Gottlieb v. Heyden Chemical Corp.

Annotate this Case

83 A.2d 595 (1951)


Civil Action No. 236.

Court of Chancery of Delaware, New Castle.

October 8, 1951.

*596 Robert C. Barab, Wilmington, for plaintiff.

Richard F. Corroon, of Berl Potter & Anderson, Wilmington, Harmon Duncombe and George Rowe, Jr., New York City, for defendant.

SEITZ, Chancellor.

This is an action by a minority stockholder seeking to enjoin a restricted stock option plan adopted by the defendant corporation with the approval of a majority of stockholders. Plaintiff seeks also to have declared invalid an amendment to the certificate of incorporation divesting the stockholders of preemptive rights with respect to certain stock.

At a directors' meeting held March 14, 1951 the defendant's Board of Directors adopted a restricted stock option plan subject to ratification by the stockholders at the forthcoming annual meeting.

The Board of Directors at the same meeting also proposed an amendment to the certificate of incorporation exempting from the preemptive right up to a total of not exceeding 50,000 shares of stock issued to officers and employees pursuant to stock options.

Both the plan and the amendment were approved by an affirmative vote of the holders of a majority of the common stock at a meeting held April 26, 1951.

Plaintiff seeks to enjoin the effectuation of the stock option plan and the amendment to the certificate. She makes the following contentions:

(1) The amendment to the certificate eliminating the preemptive rights is invalid because it deprives non-assenting stockholders of vested rights;

(2) The stock option plan is invalid because it contemplates the transfer of corporate assets without consideration; and

(3) The plan being invalid for lack of consideration it cannot be adopted over minority dissent.

Both sides have filed motions for summary judgment and this is the decision thereon.

Plaintiff first argues that the amendment seeking to deprive non-assenting stockholders of their preemptive rights is invalid because it deprives her and other stockholders of their "vested" rights.

It is conceded that under Sec. 5 of the General Corporation Law of Delaware, Rev.Code 1935, § 2037, the provision here sought to be enacted by amendment could have been included in the certificate originally. The question is whether it can be done by amendment under Sec. 26, Rev. Code 1935, § 2058.

Plaintiff says that this preemptive right is a vested right and as to objectors it may not be destroyed without their consent.

It is established, as plaintiff points out, that the so-called "vested" rights of stockholders may not be taken away by amendment over objection, e.g., Keller v. Wilson and Co., 21 Del.Ch. 391, 190 A. 115. I assume that if a right, even though it would otherwise be characterized as vested, is one which Sec. 26 authorizes the stockholders to destroy by appropriate action, then to destroy such a right would not constitute illegal interference with a "vested" right. In other words a right would not be a "vested" right if Sec. 26 authorized the stockholders to destroy it. This would be so because the right to amend to destroy *597 such a right would be a part of the stockholder's contract when he purchased his stock.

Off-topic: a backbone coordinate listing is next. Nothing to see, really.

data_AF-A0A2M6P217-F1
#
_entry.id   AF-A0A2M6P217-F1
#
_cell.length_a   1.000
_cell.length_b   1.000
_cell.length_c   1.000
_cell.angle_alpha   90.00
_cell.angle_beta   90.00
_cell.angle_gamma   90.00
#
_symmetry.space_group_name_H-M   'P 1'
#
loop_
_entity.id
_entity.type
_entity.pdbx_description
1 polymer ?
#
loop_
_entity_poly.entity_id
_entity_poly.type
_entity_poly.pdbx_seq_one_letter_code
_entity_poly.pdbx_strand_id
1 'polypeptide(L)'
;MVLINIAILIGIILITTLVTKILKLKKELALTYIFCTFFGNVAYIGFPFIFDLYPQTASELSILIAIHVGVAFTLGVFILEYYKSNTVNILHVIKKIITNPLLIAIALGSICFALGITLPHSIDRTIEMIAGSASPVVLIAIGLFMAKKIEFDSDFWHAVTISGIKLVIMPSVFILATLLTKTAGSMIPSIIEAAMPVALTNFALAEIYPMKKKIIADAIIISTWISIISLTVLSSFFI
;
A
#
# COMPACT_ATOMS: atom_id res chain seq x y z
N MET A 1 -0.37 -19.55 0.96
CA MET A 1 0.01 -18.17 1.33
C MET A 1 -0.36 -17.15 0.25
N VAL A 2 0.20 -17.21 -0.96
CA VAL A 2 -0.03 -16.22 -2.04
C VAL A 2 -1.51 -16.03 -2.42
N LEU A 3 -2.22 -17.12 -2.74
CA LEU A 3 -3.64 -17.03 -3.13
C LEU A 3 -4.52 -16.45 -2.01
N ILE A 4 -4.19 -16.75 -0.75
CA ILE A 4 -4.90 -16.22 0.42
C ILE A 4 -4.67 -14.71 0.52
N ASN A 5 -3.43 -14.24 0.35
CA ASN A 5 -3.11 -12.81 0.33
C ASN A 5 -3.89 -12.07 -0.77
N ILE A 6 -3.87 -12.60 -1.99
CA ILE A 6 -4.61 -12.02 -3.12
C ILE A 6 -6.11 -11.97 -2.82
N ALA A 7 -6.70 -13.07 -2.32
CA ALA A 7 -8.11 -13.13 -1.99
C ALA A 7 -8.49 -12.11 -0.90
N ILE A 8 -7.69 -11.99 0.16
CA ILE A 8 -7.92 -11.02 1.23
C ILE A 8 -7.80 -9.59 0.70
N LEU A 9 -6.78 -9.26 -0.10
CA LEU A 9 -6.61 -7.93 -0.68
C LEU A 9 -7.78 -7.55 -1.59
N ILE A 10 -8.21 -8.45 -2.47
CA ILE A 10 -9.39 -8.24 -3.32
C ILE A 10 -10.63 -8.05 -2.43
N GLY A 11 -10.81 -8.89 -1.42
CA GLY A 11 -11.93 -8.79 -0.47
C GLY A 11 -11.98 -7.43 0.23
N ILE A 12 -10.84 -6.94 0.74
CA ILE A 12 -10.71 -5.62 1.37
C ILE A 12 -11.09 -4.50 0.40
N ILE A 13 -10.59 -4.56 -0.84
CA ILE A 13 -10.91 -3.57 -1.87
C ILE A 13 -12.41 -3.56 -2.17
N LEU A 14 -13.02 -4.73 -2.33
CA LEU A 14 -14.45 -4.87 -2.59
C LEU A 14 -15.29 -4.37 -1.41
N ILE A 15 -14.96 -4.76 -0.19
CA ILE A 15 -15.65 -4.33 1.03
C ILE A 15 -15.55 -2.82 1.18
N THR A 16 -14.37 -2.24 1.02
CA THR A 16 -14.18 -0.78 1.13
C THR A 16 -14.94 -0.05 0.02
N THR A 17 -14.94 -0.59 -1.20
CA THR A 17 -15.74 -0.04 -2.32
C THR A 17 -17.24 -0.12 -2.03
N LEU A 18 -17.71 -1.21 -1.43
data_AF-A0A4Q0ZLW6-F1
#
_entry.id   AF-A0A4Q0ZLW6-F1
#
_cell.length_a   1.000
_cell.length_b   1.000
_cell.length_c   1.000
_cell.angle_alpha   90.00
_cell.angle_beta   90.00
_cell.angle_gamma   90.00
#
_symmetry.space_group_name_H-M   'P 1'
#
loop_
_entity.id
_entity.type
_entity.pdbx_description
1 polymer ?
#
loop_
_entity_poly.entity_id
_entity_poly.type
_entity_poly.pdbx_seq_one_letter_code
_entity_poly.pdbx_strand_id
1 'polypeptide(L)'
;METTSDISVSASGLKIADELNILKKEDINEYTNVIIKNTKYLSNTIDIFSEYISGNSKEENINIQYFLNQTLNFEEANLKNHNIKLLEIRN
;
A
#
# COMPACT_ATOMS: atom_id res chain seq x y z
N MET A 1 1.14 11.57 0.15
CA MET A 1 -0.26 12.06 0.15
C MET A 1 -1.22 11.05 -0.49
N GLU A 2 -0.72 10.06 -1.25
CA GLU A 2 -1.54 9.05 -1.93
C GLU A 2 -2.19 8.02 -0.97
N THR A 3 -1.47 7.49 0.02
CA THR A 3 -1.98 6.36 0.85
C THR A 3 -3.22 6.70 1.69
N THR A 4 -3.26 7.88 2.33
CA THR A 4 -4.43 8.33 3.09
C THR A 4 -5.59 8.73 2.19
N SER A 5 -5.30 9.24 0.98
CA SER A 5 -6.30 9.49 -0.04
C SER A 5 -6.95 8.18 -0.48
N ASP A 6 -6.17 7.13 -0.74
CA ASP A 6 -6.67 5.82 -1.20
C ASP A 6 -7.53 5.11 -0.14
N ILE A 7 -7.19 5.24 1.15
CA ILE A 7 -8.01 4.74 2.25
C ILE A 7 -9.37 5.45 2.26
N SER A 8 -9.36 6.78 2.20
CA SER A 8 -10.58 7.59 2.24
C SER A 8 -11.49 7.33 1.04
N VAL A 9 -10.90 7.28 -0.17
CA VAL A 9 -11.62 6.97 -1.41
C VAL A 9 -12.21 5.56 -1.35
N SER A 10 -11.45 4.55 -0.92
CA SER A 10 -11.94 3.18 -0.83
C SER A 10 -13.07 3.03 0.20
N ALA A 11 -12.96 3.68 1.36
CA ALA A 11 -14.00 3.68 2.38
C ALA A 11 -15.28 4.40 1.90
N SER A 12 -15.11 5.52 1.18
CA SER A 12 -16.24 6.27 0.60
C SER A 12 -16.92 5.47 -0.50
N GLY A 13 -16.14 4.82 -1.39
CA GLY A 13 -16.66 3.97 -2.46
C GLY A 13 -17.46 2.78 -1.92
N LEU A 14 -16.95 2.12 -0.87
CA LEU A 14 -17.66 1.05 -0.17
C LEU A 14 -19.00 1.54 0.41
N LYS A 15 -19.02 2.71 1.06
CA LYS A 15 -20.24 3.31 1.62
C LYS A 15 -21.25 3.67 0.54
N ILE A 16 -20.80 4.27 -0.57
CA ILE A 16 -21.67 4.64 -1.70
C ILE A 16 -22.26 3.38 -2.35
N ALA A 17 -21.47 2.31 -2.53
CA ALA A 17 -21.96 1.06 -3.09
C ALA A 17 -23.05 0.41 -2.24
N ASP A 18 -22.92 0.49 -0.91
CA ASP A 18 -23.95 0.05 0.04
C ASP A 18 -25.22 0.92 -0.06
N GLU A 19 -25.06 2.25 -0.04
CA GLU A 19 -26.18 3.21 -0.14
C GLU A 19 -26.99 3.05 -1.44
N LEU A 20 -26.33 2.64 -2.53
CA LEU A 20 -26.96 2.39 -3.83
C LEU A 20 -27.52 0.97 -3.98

The question then is whether Sec. 26 authorizes stockholders to amend a certificate of incorporation so as to cut off a preexisting preemptive right. Let us examine the language of Sec. 26. Section 26 of the General Corporation Law of Delaware provides in part: "Any corporation * * * may * * * amend its Certificate of Incorporation * * * by changing the * * * designations, preferences, or relative, participating, optional, or other special rights of the shares or the qualifications, limitations or restrictions of such rights * * * or by making any other change or alteration in its Certificate of Incorporation that may be desired * * * provided that every Certificate of Incorporation as so amended, changed or altered, shall contain only such provisions as it would be lawful and proper to insert in an original Certificate of Incorporation made at the time of making such amendment. * * *"

Section 26 clearly does not provide in express terms for the power to destroy preemptive rights by amendment. Does the language "other special rights" embrace preemptive rights? To answer this question we need first consider the nature of a preemptive right. In Kingston v. Home Life Insurance Co., 11 Del.Ch. 258, 101 A. 898, 900, this court said: "The right of shareholders to subscribe for new shares issued by a corporation as an increase of its capital stock in preference to outsiders is well established, and is called a shareholder's preemptive right."